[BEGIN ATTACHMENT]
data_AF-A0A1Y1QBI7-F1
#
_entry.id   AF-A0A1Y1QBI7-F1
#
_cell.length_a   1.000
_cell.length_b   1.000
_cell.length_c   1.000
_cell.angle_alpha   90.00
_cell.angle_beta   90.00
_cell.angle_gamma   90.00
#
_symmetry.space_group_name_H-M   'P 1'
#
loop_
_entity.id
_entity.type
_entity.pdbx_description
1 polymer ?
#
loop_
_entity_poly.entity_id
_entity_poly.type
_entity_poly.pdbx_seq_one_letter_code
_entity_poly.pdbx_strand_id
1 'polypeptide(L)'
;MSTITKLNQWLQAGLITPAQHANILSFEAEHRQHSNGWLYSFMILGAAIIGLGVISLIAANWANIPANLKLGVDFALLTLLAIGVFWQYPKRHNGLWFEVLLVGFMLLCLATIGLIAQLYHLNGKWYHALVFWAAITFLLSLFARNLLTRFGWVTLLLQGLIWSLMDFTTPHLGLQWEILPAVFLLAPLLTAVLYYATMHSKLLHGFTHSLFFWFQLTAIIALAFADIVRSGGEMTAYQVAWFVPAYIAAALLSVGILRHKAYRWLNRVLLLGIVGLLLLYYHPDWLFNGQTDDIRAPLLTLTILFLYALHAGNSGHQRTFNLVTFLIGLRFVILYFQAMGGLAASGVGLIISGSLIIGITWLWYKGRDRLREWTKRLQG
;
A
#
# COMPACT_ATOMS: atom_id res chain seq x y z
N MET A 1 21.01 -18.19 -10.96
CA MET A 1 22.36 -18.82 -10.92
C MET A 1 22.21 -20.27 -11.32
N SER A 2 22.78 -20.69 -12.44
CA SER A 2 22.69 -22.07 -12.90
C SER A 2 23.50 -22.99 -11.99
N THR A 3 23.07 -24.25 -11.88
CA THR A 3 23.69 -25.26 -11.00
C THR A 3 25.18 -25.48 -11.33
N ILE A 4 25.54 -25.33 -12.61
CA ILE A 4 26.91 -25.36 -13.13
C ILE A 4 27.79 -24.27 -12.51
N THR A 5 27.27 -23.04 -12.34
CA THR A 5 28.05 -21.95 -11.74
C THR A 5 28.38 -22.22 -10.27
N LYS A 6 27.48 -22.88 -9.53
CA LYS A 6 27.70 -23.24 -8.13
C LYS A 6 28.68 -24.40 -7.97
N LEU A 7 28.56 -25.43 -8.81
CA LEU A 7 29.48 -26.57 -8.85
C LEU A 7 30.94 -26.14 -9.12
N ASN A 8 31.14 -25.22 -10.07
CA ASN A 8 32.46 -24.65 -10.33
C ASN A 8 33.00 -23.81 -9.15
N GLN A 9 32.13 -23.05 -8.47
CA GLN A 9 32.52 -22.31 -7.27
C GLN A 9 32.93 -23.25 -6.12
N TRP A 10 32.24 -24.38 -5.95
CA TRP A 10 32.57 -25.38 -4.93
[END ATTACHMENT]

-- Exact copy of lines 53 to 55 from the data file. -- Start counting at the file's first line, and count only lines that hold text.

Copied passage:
CA ASN A 8 32.46 -24.65 -10.33
C ASN A 8 33.00 -23.81 -9.15
N GLN A 9 32.13 -23.05 -8.47